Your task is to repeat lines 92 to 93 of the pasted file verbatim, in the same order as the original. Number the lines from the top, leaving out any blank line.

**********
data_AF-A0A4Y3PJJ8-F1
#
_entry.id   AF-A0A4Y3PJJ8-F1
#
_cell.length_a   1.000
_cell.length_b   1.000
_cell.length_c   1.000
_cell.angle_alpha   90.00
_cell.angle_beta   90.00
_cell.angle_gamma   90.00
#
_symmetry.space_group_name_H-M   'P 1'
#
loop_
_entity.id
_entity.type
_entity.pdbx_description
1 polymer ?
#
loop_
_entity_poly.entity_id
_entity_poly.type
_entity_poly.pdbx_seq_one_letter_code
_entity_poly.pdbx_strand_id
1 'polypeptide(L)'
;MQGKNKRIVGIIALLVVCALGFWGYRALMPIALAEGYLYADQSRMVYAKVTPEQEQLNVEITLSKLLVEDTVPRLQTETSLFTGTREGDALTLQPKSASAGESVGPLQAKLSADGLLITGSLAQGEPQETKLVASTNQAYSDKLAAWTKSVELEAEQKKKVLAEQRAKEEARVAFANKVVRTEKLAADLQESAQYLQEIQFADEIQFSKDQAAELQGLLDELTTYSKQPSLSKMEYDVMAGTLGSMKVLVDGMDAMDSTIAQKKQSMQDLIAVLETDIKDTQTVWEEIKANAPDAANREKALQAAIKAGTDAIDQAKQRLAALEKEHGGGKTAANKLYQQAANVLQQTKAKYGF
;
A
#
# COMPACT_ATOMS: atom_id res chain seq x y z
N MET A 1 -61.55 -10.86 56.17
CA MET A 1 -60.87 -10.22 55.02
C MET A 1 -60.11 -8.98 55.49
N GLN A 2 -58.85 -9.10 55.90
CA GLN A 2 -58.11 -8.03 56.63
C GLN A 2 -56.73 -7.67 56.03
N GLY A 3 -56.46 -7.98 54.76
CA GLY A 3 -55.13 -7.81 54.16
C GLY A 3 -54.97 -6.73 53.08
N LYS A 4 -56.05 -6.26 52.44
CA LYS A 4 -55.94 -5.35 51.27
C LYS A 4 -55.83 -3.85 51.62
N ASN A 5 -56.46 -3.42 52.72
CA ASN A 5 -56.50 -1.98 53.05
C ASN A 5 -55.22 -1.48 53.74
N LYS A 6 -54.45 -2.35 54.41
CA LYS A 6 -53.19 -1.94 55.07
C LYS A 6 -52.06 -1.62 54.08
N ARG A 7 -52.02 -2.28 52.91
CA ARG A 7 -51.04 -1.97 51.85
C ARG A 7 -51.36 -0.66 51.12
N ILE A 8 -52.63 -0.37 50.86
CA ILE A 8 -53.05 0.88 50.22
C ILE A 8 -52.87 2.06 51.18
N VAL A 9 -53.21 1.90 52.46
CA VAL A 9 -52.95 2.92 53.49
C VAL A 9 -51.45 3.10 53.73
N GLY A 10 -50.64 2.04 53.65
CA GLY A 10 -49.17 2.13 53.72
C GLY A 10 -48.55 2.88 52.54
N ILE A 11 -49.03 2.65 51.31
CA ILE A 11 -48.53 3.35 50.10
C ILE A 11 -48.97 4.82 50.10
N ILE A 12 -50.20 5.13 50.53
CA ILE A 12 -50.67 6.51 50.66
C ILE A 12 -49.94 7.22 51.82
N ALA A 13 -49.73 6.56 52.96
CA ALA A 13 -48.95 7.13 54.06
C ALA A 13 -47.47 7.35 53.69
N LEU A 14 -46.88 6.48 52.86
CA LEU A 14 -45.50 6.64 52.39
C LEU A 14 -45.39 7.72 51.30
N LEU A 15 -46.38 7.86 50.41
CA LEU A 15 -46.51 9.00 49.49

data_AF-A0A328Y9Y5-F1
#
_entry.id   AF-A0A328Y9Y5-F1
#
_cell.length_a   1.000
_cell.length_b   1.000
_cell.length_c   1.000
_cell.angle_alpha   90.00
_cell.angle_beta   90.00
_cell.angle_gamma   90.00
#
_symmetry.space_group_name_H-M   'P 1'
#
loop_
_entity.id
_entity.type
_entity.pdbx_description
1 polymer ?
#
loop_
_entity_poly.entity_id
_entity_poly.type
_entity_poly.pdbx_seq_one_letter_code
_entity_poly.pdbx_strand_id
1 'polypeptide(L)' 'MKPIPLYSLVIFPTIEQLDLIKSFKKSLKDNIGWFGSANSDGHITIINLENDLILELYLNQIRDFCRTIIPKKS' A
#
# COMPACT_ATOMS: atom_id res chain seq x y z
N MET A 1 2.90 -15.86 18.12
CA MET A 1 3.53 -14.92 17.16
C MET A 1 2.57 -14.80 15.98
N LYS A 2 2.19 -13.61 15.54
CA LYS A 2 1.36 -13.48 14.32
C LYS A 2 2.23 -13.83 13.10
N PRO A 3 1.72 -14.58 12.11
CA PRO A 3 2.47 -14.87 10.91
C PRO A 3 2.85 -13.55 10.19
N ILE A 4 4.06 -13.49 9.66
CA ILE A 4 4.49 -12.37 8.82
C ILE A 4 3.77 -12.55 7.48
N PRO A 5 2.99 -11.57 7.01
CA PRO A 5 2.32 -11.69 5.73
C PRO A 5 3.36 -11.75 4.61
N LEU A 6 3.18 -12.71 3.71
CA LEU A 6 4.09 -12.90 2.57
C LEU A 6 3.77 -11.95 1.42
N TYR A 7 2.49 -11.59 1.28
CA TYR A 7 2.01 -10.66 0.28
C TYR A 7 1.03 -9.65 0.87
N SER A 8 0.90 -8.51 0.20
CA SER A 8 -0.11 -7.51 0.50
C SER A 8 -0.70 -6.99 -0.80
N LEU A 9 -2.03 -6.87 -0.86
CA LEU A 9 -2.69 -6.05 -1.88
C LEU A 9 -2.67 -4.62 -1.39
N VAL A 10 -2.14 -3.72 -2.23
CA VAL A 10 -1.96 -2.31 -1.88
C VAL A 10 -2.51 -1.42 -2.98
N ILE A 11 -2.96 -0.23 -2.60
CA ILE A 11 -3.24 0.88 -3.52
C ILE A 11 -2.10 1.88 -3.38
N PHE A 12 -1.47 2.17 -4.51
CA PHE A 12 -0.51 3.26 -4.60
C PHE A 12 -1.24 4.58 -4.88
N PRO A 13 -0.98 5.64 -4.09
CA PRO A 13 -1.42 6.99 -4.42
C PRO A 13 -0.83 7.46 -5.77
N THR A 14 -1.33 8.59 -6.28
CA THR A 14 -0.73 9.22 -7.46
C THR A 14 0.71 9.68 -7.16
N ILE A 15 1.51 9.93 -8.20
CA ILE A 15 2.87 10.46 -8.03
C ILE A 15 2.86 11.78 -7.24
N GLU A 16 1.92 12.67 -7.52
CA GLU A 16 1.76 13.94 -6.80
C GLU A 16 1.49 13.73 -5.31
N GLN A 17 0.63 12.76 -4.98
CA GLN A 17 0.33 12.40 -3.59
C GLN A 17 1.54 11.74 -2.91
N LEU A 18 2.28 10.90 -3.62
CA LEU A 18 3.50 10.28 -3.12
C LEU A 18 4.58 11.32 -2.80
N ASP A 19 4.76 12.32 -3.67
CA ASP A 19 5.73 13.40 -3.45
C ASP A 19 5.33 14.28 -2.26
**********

1 polymer ?
#